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Kanayo O Kanayo: Law school not easy… five people in my set died reading

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Kanayo O Kanayo, an actor-turned-lawyer, has opened up on the rigours of going through a law school at his age, saying about five people died in his set reading.

The 58-year-old, who became a certified lawyer after being called to the Nigerian bar, spoke with BBC Igbo, where he also bared his thoughts on what is in store for his acting career.

“It’s not easy o! If you say it is, then have a go at it. About 2500 of us were examined. 700 failed. It’s no secret; it’s in the books. Law schools don’t discern between the rich and the poor,” he said.

“You can’t influence results. Up to three people mark a script. So you can’t say you failed because an examiner hates you. You’re expected to attend 75 percent of the lectures.

“Make even 74.99 percent and you’re out. In my set, five people died. There was this young man who read on January first until he collapsed and died. Our exams started on January 10.

“It’s not something you survive only to see people joke about you when you’re back just because they used to see you on TV. If you see lawyers, value them because they’ve gone through a lot.”

I wanted to be a lawyer but UNILAG gave me philosophy, says Kanayo

On the rationales for his decision to opt for law even after a successful acting career, Kanayo said he applied for the course as a young man at the University of Lagos (UNILAG) but was offered an alternative.

“It’s been a long time since I decided I wanted to become a lawyer. It’s that thing I wanted to study but I was given Philosophy at the University of Lagos,” the legal practitioner recounted.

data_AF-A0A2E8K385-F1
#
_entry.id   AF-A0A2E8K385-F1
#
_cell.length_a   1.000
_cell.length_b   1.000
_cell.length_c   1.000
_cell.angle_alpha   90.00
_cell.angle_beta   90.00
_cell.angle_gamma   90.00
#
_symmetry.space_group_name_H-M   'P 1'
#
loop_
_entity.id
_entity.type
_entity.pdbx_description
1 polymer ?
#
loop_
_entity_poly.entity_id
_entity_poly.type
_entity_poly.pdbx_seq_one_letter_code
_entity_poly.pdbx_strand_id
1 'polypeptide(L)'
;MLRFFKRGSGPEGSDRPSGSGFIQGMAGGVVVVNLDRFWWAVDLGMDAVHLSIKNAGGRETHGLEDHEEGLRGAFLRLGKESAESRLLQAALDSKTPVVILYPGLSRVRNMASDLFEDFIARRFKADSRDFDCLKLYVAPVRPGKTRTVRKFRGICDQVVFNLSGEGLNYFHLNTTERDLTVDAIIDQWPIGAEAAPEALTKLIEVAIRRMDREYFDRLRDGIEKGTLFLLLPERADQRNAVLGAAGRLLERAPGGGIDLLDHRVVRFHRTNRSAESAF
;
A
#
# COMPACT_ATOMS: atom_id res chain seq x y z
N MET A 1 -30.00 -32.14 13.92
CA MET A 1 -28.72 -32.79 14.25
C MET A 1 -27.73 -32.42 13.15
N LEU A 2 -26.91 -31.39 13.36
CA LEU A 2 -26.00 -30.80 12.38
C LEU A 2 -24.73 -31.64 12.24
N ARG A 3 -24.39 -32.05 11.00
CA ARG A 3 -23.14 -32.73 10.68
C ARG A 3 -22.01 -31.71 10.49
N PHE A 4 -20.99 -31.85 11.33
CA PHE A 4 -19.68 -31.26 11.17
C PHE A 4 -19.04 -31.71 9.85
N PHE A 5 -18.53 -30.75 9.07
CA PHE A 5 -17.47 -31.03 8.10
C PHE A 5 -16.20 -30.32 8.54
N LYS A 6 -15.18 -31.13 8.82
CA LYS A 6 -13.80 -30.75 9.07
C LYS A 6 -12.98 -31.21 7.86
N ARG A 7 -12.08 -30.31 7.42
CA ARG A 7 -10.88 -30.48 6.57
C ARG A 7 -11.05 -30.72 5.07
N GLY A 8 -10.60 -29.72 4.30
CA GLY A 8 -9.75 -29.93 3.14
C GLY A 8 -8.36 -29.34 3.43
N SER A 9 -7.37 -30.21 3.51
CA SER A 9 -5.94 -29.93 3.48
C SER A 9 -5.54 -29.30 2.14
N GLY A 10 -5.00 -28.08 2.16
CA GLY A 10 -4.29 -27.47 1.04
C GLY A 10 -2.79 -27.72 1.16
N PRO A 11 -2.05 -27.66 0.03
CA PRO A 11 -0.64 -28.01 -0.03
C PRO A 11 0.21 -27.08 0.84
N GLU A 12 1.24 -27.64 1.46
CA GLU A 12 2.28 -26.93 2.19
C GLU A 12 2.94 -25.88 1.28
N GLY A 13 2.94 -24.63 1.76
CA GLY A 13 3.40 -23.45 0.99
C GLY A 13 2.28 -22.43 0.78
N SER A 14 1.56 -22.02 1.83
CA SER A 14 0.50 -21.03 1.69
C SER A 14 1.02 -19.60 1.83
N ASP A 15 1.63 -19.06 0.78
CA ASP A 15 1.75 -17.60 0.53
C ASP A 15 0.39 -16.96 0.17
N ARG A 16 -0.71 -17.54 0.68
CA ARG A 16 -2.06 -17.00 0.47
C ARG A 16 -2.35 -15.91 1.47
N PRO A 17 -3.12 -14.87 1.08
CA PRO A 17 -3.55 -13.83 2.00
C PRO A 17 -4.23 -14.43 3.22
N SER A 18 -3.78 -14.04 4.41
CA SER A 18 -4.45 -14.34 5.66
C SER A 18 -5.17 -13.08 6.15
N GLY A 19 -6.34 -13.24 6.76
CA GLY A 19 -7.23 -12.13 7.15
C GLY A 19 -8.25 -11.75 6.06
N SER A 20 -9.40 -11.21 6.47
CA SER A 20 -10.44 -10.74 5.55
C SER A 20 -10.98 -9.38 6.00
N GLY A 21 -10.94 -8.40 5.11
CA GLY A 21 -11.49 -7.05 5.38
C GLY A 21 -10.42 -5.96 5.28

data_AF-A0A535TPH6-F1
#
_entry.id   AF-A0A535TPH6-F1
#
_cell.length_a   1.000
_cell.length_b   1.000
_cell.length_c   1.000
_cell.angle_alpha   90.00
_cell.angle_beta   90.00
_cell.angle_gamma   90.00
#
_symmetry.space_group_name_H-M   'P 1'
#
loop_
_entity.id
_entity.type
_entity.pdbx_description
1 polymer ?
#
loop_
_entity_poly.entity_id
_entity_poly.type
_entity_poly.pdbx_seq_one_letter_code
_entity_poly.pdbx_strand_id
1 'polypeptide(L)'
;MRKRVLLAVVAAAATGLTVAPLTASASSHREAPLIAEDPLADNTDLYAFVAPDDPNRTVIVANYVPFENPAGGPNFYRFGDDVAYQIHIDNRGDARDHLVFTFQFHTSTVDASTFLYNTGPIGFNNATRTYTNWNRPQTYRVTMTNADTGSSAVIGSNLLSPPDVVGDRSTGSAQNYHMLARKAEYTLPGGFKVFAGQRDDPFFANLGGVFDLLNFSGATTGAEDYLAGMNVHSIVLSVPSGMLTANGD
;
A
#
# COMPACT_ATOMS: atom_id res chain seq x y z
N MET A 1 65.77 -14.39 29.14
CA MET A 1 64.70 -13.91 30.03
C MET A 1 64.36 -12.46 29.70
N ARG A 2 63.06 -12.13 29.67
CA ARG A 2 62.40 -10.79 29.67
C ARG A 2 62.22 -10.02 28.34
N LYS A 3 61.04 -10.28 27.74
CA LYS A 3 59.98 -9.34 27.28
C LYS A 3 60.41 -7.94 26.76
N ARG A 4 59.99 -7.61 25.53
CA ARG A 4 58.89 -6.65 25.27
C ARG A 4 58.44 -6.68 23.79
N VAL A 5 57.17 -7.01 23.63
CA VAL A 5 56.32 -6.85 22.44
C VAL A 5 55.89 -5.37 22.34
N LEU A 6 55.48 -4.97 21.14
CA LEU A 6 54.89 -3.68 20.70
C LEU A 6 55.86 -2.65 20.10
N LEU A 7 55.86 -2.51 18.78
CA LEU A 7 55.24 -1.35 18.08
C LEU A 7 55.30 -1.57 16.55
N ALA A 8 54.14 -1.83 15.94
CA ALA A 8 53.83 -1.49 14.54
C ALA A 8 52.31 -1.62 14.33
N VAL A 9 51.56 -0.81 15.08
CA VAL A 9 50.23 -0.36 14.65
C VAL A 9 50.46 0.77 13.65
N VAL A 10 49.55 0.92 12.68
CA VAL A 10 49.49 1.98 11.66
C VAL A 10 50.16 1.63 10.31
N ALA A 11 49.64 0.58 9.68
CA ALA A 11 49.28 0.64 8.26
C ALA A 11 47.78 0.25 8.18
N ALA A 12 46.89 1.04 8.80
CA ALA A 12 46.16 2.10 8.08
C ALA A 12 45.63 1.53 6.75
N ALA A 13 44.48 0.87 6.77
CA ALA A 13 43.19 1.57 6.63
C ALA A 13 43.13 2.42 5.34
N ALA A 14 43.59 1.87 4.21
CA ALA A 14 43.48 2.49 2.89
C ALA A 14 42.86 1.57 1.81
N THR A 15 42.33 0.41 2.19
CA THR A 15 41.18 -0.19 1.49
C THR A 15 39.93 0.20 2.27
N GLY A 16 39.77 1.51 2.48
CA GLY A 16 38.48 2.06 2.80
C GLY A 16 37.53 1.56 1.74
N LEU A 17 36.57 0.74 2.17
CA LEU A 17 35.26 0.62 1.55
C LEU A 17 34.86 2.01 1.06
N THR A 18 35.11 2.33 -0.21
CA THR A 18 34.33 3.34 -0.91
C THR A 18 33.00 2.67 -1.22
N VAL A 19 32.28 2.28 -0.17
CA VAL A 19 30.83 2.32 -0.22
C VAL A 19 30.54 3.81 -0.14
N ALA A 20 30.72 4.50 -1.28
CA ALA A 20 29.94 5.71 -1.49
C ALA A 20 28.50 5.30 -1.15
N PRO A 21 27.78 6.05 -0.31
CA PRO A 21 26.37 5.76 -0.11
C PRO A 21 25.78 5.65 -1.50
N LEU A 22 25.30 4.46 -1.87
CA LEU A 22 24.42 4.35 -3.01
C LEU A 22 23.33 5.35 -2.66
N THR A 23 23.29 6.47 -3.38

“I decided that before I enter my grave, I must become a lawyer. Well, it has happened. It has been my intention and it’s what I want to be. What we do in Nollywood is also about speaking.

“Be it to the government or the citizens. We speak for the voiceless. It’s essentially the same thing lawyers do. I will push for solutions to support my colleagues in the fight for truth and justice.

“What we have in Nollywood is that everyone is in their corner. No one want’s to push for policies and legal backings that will favour the industry. Take the National Assembly for an example; a private member bill can be sponsored towards putting things in motion in Nollywood industry.”

Between acting and the law court: Kanayo’s tough decision at 58

On leaving acting for the lawcourt, he said: “Rules of professional conduct for legal practitioners demand that, if you really want to practice law, you must not indulge in any other profession.

“The thing is you won’t be able to do the two professions at a time (acting and litigation). What it means is that I will have to opt for one of the two. And I won’t disclose my decision just yet.

“We’ll all find out in due time. But don’t expect that I’ll become a lawyer and still be active as before on TV. We’re grown. Kenneth Okonkwo is my senior colleague in the legal profession.

“You’ll notice he doesn’t appear on TV as frequently as before. But it doesn’t stop you from supporting the industry wherever acting and litigation unites. One thing I also want people to understand is that I won’t base on litigation and going to court on a regular basis.”

Legal backing for Nollywood; ritual themes

“It is my expectation that the Actors Guild of Nigeria (AGN), Producers Guild of Nigeria (PGN), and Directors Guild of Nigeria (DGN) will engage me on how we can help maximize proceeds in the movie industry and how the government can better tackle the piracy that has been killing us. We can work; prepare documents for the government where we will make our recommendations,” Kanayo said.

Replying critics who questioned his faith and inclination for movie roles involving spiritualism, the actor made biblical analogies and suggested that such persons should educate themselves.

“What’s the link between Kanayo O Kanayo and the role he played as Nicholas? There are certain questions people ask you all the time such that it looks as if these people don’t think,” he stated.

“Let gossipers be. They should go educate themselves. Even among Jesus’ disciples, Luke was a doctor. They all had what they were doing before they were called.

“You take up a role and interpret the script so well, only for viewers to ask if you truly do money rituals. What’s one’s business with that? What people should understand is I have a profession.” (THE CABLE)

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